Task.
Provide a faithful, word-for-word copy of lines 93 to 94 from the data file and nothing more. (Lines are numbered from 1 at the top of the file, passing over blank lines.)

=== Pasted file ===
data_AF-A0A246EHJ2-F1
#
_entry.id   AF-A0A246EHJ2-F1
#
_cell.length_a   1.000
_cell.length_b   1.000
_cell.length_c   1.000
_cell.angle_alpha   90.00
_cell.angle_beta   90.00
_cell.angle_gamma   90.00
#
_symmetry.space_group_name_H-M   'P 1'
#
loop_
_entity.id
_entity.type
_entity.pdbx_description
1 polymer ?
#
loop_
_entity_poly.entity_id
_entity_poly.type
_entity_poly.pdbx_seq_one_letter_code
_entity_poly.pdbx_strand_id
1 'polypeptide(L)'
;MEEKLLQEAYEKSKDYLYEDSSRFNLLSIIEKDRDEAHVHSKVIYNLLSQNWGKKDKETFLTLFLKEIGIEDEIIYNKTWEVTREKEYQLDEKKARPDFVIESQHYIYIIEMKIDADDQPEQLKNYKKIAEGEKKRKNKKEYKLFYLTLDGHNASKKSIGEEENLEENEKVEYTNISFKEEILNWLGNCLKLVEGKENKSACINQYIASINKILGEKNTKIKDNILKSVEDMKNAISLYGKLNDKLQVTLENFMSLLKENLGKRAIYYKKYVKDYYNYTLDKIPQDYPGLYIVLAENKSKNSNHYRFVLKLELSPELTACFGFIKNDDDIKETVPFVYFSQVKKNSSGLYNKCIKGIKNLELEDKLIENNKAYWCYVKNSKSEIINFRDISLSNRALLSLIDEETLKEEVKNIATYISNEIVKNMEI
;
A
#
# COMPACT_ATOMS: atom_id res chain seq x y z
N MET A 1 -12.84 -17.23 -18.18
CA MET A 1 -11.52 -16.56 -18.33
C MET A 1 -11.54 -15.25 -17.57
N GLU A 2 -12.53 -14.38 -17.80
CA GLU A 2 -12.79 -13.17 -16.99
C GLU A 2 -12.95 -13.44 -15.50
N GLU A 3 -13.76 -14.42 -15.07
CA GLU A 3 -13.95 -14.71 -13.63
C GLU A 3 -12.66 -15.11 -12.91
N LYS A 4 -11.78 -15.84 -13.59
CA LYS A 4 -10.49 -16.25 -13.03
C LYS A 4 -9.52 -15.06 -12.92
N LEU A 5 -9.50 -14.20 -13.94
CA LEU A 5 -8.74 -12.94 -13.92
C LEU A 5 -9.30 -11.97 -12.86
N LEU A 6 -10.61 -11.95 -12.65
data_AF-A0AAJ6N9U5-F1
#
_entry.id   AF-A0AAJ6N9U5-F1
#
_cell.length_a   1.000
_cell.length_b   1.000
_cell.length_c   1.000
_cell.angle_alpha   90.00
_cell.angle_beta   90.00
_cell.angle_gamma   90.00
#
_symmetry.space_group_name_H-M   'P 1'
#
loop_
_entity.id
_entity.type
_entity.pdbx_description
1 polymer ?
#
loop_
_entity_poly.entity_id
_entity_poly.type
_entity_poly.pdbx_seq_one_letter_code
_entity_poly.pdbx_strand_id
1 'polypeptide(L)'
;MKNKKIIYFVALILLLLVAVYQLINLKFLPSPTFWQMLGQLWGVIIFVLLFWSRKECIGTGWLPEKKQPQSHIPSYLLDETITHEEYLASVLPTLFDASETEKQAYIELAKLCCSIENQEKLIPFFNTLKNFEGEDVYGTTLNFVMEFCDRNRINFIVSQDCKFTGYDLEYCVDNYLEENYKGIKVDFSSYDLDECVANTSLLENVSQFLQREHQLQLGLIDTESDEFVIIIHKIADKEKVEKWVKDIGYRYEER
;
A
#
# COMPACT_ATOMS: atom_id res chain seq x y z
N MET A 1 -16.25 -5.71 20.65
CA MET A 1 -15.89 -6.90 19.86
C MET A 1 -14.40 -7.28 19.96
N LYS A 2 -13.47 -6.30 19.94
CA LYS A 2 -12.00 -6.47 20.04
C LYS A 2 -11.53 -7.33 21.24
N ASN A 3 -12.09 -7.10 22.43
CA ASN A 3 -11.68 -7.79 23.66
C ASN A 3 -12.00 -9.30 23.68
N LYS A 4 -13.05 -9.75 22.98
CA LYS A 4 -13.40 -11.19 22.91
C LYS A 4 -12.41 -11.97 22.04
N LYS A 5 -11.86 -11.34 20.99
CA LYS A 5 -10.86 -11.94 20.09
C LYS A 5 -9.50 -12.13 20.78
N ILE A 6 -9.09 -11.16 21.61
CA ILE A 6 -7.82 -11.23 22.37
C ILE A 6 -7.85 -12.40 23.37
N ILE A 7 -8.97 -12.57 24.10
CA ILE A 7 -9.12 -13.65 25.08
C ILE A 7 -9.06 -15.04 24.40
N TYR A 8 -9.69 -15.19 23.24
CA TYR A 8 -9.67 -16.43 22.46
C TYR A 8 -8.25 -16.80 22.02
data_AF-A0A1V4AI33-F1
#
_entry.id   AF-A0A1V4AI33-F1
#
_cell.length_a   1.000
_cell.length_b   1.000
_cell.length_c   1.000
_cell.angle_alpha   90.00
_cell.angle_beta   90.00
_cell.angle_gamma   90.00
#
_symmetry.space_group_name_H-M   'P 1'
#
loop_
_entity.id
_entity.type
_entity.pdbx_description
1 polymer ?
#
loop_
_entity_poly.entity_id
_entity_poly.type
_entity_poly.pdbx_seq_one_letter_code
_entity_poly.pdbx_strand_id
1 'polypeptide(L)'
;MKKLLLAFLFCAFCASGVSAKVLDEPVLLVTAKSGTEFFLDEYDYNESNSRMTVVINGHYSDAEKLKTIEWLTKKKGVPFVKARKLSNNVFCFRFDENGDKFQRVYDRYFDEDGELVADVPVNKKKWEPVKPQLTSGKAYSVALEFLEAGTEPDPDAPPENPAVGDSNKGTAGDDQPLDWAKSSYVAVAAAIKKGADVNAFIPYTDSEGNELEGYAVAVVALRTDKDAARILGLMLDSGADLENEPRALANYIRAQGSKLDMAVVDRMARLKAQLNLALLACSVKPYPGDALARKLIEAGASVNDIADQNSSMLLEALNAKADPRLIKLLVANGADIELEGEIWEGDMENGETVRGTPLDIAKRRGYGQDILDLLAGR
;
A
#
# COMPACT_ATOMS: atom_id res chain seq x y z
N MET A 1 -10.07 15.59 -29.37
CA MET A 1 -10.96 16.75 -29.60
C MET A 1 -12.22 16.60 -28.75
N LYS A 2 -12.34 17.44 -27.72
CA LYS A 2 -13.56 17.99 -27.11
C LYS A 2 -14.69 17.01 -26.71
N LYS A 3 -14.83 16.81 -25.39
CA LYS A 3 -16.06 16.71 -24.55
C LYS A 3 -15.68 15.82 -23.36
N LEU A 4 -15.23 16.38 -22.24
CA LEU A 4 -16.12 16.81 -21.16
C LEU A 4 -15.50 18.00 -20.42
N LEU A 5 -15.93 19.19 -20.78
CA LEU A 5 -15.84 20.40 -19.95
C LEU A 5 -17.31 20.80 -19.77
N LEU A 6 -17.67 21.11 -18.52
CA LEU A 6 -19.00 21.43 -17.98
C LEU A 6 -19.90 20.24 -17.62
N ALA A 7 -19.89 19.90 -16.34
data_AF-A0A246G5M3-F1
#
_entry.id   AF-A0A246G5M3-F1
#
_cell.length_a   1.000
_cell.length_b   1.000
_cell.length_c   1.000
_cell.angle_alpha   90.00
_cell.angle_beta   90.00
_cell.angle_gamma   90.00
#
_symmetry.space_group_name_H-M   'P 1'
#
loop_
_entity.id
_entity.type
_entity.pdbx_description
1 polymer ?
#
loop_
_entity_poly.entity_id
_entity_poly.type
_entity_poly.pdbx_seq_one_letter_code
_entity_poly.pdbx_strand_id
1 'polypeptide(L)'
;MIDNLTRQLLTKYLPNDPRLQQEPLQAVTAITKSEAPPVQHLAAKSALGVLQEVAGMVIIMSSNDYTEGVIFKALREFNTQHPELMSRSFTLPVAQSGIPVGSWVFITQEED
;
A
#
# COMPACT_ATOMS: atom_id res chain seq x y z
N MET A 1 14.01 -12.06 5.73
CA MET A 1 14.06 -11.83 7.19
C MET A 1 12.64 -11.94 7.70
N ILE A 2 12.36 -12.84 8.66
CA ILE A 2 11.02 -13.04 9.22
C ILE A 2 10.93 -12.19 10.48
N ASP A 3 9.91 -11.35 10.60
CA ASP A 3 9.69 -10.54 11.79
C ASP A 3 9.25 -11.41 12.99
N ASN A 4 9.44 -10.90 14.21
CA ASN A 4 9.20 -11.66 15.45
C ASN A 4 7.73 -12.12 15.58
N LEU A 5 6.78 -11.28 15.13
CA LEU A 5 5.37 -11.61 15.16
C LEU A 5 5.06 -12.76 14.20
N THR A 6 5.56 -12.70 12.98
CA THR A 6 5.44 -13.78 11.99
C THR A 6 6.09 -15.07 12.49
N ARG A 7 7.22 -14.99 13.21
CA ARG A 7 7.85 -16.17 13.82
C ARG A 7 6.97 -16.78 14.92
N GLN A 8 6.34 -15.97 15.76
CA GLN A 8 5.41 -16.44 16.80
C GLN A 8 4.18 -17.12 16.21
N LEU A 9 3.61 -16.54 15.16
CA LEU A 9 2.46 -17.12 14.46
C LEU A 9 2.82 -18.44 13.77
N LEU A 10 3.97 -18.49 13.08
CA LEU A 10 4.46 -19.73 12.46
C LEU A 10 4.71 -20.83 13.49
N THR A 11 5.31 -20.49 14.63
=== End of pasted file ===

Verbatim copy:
CA ILE A 6 -7.82 -11.23 22.37
C ILE A 6 -7.85 -12.40 23.37